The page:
Michelle Akers's objectivity a welcome voice in coverage of U.S. Soccer

For coverage lacking objectivity, Michelle Akers's critical and unbiased voice is a welcome one in U.S. Soccer
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One of the ways women’s soccer will continue to grow in popularity in the United States is through objective broadcasting. Every sport needs people not tethered to that sport’s existing body and beholden to current players and coaches. That’s why it’s been refreshing to read and hear the words of Michelle Akers, the former U.S. national team star who is working the Women’s World Cup for SiriusXM’s 24/7 soccer channel, SiriusXM FC (channel 94). She and Glenn Crooks, a former Rutgers women’s coach, appear before and after games.

Akers, 49, is a generation removed from the current group of players and she’s been a voice of realism when it comes to the performance of the team under head coach Jill Ellis. “If [Ellis] is pleased with the way we played tonight then what the hell is she doing coaching our U.S. team?" Akers said after a lackluster U.S. win over Colombia. “You know what I’m saying? That’s a scary comment to me. I would expect more out of my team if I want them to be the world champions.”

SCHEDULE: 2015 FIFA Women's World Cup bracket

Given her credentials as a player (arguably, along with Mia Hamm and Abby Wambach, the best U.S. women’s player of all-time) Akers said she felt she could add a perspective to the coverage. She also thought the assignment would be fun and a way to be involved in the game. Of note here is Akers’s age. Women over 50 appear on sports television with the regularity of Halley’s Comet, and that’s a shame because Akers is a perfect example of how experience can provide viewers and listeners with quality insight.

On Friday, in between cleaning stalls at her rescue horse farm in Powder Springs, Ga., Akers told SI.com that she approaches every life assignment under the framework of how it can aid her horse rescue outreach enterprise, a public charity that she started in 2007. Working in the media gives her a platform to promote her life’s work.

“Commentating is not the dream I wake up to every morning but a way I can contribute to the game,” Akers said. “I thought Sirius would be fun and I could do it from the farm and I would not have to be away from my son (Cody, 10) and my horses.

“For some of the commentators it is important for them to be ingratiated into the system, so that means U.S. Soccer or MLS or the Women’s Pro League or FIFA or whatever,” Akers continued. “They want information, they want to be included, they want a job. So if you are commentator for Fox or ESPN or whomever, you want access to the players. So I guess—I’m just theorizing —that if you say s--- about them that is negative, why would they want to talk to you? I guess they try to stay on the fence or on the more positive side to keep the door more open for information. They might have relationships with the players so maybe those friendships would curb what would they would say. For me I am not necessarily speaking for the viewers, I am just saying what I see. This is just me and how I am. I really don’t have an agenda other than saying what I see and wanting better for my team.”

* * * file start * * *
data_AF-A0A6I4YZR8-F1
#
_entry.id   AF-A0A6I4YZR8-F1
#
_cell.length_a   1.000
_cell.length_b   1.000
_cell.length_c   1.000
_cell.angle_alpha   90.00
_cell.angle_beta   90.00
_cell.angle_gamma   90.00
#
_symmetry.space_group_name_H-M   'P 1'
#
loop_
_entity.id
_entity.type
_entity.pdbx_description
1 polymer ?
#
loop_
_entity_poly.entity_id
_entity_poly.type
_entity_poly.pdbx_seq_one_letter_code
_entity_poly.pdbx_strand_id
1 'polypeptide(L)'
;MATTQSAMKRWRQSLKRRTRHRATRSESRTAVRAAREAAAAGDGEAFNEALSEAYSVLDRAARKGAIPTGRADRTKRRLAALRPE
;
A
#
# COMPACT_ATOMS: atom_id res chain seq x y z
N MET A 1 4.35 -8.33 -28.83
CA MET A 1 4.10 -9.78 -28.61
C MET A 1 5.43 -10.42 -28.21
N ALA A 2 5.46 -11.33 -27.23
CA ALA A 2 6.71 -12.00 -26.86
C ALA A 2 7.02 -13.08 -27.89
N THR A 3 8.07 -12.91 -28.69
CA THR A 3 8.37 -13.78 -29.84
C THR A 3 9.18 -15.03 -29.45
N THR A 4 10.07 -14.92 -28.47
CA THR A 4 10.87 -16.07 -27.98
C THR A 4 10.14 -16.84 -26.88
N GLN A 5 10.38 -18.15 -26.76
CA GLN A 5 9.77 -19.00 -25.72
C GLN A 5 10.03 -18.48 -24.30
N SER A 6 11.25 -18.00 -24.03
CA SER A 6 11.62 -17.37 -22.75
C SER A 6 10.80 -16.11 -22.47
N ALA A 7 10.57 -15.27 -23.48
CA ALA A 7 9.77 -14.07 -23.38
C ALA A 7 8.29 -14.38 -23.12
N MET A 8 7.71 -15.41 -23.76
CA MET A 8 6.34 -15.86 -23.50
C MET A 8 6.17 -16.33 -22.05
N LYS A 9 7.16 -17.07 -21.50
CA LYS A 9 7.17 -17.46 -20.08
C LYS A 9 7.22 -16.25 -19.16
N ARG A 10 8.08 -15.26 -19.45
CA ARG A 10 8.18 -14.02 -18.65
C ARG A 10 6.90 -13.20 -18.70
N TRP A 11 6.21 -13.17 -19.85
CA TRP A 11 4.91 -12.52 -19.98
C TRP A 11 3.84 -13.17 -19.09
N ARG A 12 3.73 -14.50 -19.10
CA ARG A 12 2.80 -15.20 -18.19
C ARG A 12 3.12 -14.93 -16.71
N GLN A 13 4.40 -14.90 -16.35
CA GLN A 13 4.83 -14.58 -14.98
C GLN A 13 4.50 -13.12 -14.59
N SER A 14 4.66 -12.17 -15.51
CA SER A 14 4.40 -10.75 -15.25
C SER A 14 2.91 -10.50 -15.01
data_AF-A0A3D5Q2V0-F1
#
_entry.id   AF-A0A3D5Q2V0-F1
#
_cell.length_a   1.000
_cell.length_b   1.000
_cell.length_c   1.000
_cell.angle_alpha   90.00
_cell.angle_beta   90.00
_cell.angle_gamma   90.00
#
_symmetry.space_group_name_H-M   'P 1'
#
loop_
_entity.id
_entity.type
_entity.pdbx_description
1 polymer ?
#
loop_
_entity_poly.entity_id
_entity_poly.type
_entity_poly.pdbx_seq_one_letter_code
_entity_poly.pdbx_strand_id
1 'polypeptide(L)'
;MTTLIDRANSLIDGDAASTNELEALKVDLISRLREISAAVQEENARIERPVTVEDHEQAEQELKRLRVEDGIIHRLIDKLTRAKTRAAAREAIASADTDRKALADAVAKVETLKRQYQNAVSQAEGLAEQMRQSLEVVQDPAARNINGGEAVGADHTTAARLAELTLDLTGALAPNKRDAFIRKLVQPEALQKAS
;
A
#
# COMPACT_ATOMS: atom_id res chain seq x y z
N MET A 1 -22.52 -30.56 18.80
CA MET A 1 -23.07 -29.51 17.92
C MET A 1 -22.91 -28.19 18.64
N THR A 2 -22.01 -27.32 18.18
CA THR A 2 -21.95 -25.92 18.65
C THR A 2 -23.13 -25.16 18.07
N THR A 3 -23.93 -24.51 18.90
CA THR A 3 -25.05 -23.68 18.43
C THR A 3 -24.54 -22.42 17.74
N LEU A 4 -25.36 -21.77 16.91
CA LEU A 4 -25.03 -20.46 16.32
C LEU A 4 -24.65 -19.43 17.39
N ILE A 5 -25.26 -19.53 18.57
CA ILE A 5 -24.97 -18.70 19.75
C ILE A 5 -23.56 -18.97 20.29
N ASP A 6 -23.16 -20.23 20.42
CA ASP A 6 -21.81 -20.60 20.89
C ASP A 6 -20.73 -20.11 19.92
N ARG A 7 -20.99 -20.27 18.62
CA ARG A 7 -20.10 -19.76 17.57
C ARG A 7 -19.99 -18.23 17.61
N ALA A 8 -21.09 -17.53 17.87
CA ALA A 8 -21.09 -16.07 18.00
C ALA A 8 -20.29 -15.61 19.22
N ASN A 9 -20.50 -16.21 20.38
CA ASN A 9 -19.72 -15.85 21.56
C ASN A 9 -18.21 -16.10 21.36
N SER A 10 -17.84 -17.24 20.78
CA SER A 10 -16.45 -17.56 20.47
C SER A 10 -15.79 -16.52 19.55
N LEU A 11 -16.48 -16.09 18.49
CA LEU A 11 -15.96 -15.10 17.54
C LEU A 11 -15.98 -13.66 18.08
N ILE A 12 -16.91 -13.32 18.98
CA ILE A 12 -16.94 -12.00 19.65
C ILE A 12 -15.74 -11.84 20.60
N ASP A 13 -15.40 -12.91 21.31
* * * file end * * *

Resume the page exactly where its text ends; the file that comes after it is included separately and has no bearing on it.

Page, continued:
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Akers said she had been reluctant in the past to speak up publicly because she “catches a lot of s---” when she speaks. So why did she opt not to hold her tongue for this Cup?

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“My whole career on the team I was a leader more by action than voice, but when I felt compelled, like something was too important to let go, I would speak up,” Akers said. “So along the way I pissed a lot of people off, including U.S. Soccer, for different issues. I think the way I say things is very direct. I could perhaps be more politically correct in my timing and words. I burned a lot of bridges but I didn’t care because my team was the most important thing ... and I would become involved in matters that would throw me under the bus.

"A lot of people might be like 'It’s sour grapes; U.S. Soccer did not hire her so she is just coming down on Ellis,'" she continued. "No, it’s not that at all. There is no vengeance, nothing like that. I saw our team lose to Japan in the [2011] World Cup and I was like, 'I can’t take it.' I just had to say something. That’s what I do. I say what I am feeling most strongly about. It’s not like I am a loose cannon talking out of my butt. What I am saying is true. If I were with Fox or ESPN or whatever, I would still have to say what I thought and be true to myself. I’m not a faker. I can’t do that. It’s not to be applauded or 'look at me.' I just can’t, even if my job depended on it."

I find Akers super refreshing and I hope heading forward, if soccer broadcasters don’t use her specifically, I hope they attempt to find broadcasters with her kind of truth ethos.


Michelle Akers, left, battles China's Yan Jin in the 1999 FIFA Women's World Cup final

Michelle Akers, left, battles China's Yan Jin in the 1999 FIFA Women's World Cup final


SI.com examines some of the week's top media stories

1. The United States's 1–0 win over China last Friday averaged 5.7 million viewers on Fox, the most-watched game of the tournament and the third most-watched women’s soccer match of all time, trailing only the USA-China 1999 Women’s World Cup final (17.975 million) and the Japan-USA 2011 Women’s World Cup final (13.458 million). The US-Nigeria 2015 group stage match is now fourth at five million.